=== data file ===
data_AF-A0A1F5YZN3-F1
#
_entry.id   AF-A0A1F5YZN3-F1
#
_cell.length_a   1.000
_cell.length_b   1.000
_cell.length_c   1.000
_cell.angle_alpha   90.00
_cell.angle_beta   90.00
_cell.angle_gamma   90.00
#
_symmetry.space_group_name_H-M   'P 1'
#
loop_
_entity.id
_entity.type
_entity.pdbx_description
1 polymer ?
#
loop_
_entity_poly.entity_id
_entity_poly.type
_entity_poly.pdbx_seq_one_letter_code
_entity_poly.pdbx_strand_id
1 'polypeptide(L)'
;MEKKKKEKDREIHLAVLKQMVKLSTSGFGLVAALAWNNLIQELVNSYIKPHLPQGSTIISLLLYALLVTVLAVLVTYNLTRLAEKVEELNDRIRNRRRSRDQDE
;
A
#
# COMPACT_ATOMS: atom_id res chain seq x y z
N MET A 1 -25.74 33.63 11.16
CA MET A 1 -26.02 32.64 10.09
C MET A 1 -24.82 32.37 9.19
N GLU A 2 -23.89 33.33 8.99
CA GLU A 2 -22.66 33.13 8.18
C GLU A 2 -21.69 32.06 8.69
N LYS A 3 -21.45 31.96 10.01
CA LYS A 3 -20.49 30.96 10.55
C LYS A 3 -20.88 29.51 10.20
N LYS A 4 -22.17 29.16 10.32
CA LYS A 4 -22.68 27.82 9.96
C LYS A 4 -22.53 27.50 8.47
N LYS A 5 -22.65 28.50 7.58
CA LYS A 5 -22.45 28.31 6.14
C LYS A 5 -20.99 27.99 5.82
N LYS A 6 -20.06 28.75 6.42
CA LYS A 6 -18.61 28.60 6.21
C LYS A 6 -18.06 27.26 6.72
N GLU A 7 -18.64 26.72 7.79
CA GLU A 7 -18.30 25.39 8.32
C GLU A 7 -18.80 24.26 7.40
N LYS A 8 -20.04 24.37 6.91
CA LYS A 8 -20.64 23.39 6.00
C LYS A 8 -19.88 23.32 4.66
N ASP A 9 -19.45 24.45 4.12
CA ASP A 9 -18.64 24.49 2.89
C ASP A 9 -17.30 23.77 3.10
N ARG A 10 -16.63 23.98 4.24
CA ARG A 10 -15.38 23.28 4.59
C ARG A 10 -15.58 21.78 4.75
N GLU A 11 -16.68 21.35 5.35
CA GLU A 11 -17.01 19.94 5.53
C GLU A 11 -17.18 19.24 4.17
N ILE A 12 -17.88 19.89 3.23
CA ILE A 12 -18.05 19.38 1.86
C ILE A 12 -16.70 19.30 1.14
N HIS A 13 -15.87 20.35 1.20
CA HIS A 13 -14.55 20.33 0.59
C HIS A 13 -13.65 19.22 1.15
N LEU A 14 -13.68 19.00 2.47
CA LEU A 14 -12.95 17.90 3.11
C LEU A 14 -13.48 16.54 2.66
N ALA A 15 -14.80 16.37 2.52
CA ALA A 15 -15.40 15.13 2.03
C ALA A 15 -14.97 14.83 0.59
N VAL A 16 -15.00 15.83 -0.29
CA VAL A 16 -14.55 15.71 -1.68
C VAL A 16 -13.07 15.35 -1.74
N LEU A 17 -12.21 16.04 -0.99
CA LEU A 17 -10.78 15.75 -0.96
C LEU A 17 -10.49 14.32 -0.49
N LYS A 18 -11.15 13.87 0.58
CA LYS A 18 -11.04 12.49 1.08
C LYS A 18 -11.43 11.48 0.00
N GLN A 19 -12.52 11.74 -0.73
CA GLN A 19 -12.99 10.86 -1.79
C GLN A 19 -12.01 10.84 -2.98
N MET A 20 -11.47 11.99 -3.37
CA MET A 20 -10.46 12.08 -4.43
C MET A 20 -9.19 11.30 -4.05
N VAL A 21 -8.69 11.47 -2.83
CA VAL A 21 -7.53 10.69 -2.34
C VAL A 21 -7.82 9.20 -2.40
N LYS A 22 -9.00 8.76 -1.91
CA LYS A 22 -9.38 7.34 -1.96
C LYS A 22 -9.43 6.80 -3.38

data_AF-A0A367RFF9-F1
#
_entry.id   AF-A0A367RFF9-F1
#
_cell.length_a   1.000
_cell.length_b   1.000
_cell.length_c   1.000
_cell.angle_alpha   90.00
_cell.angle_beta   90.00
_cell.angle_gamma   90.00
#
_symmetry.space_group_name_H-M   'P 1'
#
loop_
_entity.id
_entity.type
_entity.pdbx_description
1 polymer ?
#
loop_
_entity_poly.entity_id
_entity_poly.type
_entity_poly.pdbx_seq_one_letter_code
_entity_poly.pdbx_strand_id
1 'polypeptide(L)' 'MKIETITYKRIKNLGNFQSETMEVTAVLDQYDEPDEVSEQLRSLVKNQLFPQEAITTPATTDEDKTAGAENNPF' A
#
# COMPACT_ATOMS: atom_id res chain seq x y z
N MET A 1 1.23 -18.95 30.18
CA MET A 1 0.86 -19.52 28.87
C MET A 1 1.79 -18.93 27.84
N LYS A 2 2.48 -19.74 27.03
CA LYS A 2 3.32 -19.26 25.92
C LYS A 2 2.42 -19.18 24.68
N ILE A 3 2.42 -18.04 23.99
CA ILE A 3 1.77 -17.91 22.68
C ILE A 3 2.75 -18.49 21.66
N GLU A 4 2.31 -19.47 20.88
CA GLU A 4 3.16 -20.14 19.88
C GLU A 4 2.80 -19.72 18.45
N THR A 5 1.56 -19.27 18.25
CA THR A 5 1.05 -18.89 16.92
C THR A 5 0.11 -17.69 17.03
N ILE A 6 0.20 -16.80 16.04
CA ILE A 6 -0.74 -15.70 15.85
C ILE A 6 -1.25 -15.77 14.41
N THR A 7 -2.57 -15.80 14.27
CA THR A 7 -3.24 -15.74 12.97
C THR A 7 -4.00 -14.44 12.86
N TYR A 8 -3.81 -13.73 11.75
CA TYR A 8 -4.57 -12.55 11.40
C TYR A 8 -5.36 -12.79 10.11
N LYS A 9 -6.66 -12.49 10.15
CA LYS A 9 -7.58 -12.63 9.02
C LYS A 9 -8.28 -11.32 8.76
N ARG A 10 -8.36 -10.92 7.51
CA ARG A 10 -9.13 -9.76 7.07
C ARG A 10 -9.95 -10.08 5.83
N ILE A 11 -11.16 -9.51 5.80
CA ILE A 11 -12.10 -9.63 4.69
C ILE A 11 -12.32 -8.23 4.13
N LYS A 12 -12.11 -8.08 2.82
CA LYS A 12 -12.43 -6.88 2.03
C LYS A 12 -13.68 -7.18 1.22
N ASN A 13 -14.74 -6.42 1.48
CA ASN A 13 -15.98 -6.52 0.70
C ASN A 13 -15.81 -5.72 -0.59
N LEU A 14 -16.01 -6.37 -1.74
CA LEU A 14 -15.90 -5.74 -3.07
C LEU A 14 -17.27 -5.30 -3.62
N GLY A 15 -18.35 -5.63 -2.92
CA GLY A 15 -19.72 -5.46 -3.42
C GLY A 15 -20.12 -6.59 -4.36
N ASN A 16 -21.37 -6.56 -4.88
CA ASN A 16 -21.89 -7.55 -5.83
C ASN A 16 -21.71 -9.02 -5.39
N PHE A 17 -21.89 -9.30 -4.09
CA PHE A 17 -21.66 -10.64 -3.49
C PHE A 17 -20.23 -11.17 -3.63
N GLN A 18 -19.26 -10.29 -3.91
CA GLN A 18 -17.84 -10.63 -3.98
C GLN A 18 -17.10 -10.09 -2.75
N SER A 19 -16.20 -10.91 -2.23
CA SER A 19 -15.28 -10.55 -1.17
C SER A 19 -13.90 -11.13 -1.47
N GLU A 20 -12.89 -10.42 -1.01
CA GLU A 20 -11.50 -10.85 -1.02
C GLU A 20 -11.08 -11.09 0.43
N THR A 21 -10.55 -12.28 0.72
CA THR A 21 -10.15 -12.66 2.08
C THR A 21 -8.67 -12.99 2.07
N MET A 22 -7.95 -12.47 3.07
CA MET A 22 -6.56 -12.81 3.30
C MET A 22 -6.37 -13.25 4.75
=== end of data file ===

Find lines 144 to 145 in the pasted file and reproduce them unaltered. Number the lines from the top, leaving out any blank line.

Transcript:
C THR A 7 -4.00 -14.44 12.86
N TYR A 8 -3.81 -13.73 11.75